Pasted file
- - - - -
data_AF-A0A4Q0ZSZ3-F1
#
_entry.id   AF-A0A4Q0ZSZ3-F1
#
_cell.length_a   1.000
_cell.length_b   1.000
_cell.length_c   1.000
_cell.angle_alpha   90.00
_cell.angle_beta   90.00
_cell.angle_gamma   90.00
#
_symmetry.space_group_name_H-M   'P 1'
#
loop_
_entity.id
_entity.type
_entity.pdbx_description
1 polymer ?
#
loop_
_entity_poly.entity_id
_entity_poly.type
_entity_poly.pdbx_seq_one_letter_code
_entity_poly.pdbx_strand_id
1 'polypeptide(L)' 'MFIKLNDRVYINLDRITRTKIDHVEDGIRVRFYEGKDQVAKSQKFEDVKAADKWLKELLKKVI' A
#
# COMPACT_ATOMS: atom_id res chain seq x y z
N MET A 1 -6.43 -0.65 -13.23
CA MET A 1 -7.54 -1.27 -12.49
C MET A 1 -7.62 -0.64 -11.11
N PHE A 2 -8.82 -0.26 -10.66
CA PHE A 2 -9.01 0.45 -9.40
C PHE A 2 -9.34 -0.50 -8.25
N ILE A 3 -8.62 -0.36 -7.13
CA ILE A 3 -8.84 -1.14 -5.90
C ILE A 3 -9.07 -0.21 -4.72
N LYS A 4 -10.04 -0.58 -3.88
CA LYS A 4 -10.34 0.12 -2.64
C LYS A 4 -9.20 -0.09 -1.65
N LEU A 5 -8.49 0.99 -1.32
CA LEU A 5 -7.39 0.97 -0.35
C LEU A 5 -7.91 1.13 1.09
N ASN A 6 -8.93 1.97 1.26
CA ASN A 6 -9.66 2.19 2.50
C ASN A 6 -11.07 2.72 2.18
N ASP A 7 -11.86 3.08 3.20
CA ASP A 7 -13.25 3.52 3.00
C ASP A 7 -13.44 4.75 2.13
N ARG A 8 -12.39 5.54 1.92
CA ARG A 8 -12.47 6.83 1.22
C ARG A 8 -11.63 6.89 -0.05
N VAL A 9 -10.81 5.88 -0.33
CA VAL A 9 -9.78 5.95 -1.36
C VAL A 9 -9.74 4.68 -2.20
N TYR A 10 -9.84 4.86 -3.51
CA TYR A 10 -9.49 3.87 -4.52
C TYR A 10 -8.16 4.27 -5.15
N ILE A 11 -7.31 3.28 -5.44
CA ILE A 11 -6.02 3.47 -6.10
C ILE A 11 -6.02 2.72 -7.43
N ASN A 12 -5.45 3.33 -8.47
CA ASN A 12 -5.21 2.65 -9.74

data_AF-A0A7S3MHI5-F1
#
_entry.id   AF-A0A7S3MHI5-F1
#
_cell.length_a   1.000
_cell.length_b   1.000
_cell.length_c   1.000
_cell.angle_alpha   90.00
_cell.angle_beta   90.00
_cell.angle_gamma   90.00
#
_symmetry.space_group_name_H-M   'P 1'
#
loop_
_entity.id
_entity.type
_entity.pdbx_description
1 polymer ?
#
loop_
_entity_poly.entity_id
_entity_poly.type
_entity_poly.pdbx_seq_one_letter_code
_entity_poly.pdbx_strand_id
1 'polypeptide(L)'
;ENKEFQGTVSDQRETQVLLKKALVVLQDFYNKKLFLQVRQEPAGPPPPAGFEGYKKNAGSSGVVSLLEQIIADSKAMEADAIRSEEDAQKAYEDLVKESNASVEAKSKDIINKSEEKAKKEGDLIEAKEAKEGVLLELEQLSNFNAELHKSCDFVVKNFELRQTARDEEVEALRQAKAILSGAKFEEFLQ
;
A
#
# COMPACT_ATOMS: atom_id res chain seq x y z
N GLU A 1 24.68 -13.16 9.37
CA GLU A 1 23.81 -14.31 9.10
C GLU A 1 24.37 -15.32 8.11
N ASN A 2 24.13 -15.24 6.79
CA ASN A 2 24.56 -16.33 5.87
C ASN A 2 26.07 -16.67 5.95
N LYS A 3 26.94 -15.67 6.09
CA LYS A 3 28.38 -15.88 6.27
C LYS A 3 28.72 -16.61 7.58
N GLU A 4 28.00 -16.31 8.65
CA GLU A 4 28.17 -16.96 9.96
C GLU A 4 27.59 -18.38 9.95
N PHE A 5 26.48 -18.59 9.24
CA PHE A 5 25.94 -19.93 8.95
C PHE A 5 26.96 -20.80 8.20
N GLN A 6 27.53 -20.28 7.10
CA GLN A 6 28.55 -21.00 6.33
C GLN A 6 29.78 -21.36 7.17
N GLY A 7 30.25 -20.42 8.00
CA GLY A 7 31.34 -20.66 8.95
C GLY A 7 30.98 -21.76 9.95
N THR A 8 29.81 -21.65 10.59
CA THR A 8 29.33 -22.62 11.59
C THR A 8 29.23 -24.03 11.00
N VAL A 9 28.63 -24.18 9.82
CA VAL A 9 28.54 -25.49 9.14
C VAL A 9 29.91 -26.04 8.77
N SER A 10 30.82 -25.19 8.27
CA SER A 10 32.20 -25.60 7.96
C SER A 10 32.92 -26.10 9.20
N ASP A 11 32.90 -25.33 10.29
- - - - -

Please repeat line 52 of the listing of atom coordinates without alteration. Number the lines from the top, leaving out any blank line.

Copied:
N VAL A 9 -10.81 5.88 -0.33